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Scott Shreeve, MD

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I'm the CEO of Crossover Health, a patient-centered, membership-based medical group that is redesigning the practice, delivery, and experience of health care. We offer urgent, primary, and online care to our members who can access our technology platform, practice model, and provider network from anywhere and anytime to optimize their health. Email Me

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The Great Consolidation series has focused on the coming market shakeout in the employer health services space. The ever-growing flood of companies and consortia promising or positioning to be “Full Stack” Primary Health solutions will increase in the short term (6-12 months), but inevitably consolidate over the mid term (18-36 months). Part 1 described the thesis behind the “Great Consolidation”, Part 2 described the four necessary capabilities to enable the Full Stack, and Part 3 described the three organizing categories of solutions from which employers will choose to build their ecosystems. In Part 4, we are going to dive into the one ingredient that will tip the scales in favor of the eventual winner in this consolidation, capabilities, and category contest. 

So, lets get down to the nut cutting

The single most important success ingredient for businesses who offer services is trust. People learn to identify with and come to rely on specific brands, companies, and labels because they have a consistently positive experience when using the service to solve a problem. The brand becomes trusted—it’s something that can be relied upon to deliver a specific experience, service or result. New services offered under the trusted banner are also readily adopted because of the trust capital which has been built up over repeated use. This goodwill “capital” (perhaps more appropriately termed “currency”) can then be leveraged by both service provider and end user to continue to promote engagement over time, across services, and into new offerings. Trust is the medium of exchange that makes the experience economy work.

Trust used to derive from the hierarchy of tested knowledge. However, that hierarchy shifted long ago from the “priests” (people with access to specialized knowledge—i.e., yesterday’s physicians) to the power of the “people” (with the democratization of information—i.e., today’s digital health startups). And healthcare has certainly experienced its own decentralization with the rise of the internet and digital health. Today, anybody can become an “expert” with trust often flowing from brands or organizations that speak from—and to—people “like me” (i.e., the rise of the influencer economy). Services that can solve a particular problem in a certain way can earn the trust of their members in this way. This partially explains the rush of 1,000 new entrants into healthcare attempting to solve a specific niche issue. However, trust is not only fickle, it has to be earned over time, which includes trusting that this service will have the necessary staying power to be there when you need it. One of the drivers for the Great Consolidation will be putting the most trusted point solutions onto a “platform” that will become the chassis that can on the road long enough to drive sustained change.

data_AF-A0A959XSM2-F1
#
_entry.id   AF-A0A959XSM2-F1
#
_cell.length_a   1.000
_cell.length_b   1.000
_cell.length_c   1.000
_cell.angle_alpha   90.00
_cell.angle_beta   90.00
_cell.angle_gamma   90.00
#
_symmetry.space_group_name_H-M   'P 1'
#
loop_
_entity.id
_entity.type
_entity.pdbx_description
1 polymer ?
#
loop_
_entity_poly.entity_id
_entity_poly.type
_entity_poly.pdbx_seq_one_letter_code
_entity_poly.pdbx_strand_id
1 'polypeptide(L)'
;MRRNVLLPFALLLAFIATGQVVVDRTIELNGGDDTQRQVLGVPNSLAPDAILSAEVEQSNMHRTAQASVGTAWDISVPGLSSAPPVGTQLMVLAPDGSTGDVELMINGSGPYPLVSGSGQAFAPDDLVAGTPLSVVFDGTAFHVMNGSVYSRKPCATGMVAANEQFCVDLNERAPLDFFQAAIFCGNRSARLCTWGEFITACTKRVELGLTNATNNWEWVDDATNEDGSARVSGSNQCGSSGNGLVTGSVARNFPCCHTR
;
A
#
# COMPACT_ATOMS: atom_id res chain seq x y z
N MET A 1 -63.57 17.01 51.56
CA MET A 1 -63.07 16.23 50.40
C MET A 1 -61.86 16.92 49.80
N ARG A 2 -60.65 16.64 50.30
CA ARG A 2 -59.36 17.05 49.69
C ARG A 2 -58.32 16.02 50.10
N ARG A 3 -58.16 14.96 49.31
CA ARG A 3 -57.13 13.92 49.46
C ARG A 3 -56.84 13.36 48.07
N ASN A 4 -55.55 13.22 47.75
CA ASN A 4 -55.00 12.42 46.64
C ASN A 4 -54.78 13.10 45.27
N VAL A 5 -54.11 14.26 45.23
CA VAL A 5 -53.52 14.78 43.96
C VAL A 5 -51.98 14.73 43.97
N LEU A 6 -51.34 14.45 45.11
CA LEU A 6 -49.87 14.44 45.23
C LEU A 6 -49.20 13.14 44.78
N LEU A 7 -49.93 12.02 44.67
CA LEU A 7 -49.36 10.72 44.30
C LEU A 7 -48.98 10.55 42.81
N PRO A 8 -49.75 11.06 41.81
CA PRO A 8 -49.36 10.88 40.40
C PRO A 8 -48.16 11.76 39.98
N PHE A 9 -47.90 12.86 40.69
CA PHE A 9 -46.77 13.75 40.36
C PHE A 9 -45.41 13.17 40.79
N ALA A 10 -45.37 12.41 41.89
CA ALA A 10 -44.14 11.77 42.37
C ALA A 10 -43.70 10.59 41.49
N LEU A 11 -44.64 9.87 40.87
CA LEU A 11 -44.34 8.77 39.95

So if the new health economy will be based on the currency of trust—who will be the most trusted entity? Will it be a technology company, a navigation company, or will it be the medical group?

As a national, tech- and data-enabled medical group, Crossover has always relied on the currency of trust to effectively deliver our services. We believe the medical group is the most trusted entity in the ecosystem, and as such is best positioned to influence, direct, and guide members to their best health outcomes. The medical group can both promote and prescribe services (best catalyst for engagement), diagnose and deliver care (without any gaps or handoffs required), and be organized to be accountable for achieving outcomes (can your app do that?). A next generation medical group—defined as having meaningful engagement, care, technology, and outcomes capabilities—is the most proximate to the patient and will become most meaningful to the member. A next generation medical group is not only the best positioned but is now the most capable to earn, build, and maintain trust.  

More than code. More than coordination. More of what a member really needs and wants—a trusted relationship with a care team that solves real problems, 24x7x365, rain or shine, in sickness or health, now and next year. Trust over time. 

Just in time to lead through the Great Consolidation.

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